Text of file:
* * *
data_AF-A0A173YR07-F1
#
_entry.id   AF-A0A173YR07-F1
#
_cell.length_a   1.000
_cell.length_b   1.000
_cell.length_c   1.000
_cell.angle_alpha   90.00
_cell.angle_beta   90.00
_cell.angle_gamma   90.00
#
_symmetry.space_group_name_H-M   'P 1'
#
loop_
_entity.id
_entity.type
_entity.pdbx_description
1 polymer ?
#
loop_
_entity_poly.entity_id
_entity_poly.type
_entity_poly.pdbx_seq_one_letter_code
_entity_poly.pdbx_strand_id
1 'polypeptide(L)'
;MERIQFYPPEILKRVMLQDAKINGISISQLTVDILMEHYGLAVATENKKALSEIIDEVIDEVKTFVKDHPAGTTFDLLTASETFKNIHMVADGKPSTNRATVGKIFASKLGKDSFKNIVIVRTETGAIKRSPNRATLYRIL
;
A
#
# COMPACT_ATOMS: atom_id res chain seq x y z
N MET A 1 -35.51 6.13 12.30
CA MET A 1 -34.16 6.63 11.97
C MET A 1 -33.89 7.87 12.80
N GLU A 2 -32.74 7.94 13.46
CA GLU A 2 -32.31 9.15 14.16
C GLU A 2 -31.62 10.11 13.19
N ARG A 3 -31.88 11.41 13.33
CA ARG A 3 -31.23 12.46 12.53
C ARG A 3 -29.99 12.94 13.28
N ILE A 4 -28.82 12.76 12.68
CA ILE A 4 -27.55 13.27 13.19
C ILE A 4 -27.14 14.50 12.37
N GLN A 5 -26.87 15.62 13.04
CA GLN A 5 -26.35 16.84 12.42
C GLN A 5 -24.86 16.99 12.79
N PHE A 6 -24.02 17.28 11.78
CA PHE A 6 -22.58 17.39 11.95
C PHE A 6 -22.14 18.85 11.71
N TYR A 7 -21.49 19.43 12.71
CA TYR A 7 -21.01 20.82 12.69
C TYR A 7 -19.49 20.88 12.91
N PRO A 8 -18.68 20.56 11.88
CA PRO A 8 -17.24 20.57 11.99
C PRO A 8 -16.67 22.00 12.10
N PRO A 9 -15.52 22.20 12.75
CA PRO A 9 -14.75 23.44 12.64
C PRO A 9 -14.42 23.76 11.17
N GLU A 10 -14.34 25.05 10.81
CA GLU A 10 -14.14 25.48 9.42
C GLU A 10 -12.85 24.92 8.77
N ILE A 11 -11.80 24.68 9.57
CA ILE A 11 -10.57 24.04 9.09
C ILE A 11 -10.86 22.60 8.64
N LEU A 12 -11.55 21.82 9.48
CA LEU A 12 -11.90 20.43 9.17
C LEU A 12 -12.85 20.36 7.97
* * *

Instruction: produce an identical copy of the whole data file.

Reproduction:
data_AF-A0A173YR07-F1
#
_entry.id   AF-A0A173YR07-F1
#
_cell.length_a   1.000
_cell.length_b   1.000
_cell.length_c   1.000
_cell.angle_alpha   90.00
_cell.angle_beta   90.00
_cell.angle_gamma   90.00
#
_symmetry.space_group_name_H-M   'P 1'
#
loop_
_entity.id
_entity.type
_entity.pdbx_description
1 polymer ?
#
loop_
_entity_poly.entity_id
_entity_poly.type
_entity_poly.pdbx_seq_one_letter_code
_entity_poly.pdbx_strand_id
1 'polypeptide(L)'
;MERIQFYPPEILKRVMLQDAKINGISISQLTVDILMEHYGLAVATENKKALSEIIDEVIDEVKTFVKDHPAGTTFDLLTASETFKNIHMVADGKPSTNRATVGKIFASKLGKDSFKNIVIVRTETGAIKRSPNRATLYRIL
;
A
#
# COMPACT_ATOMS: atom_id res chain seq x y z
N MET A 1 -35.51 6.13 12.30
CA MET A 1 -34.16 6.63 11.97
C MET A 1 -33.89 7.87 12.80
N GLU A 2 -32.74 7.94 13.46
CA GLU A 2 -32.31 9.15 14.16
C GLU A 2 -31.62 10.11 13.19
N ARG A 3 -31.88 11.41 13.33
CA ARG A 3 -31.23 12.46 12.53
C ARG A 3 -29.99 12.94 13.28
N ILE A 4 -28.82 12.76 12.68
CA ILE A 4 -27.55 13.27 13.19
C ILE A 4 -27.14 14.50 12.37
N GLN A 5 -26.87 15.62 13.04
CA GLN A 5 -26.35 16.84 12.42
C GLN A 5 -24.86 16.99 12.79
N PHE A 6 -24.02 17.28 11.78
CA PHE A 6 -22.58 17.39 11.95
C PHE A 6 -22.14 18.85 11.71
N TYR A 7 -21.49 19.43 12.71
CA TYR A 7 -21.01 20.82 12.69
C TYR A 7 -19.49 20.88 12.91
N PRO A 8 -18.68 20.56 11.88
CA PRO A 8 -17.24 20.57 11.99
C PRO A 8 -16.67 22.00 12.10
N PRO A 9 -15.52 22.20 12.75
CA PRO A 9 -14.75 23.44 12.64
C PRO A 9 -14.42 23.76 11.17
N GLU A 10 -14.34 25.05 10.81
CA GLU A 10 -14.14 25.48 9.42
C GLU A 10 -12.85 24.92 8.77
N ILE A 11 -11.80 24.68 9.57
CA ILE A 11 -10.57 24.04 9.09
C ILE A 11 -10.86 22.60 8.64
N LEU A 12 -11.55 21.82 9.48
CA LEU A 12 -11.90 20.43 9.17
C LEU A 12 -12.85 20.36 7.97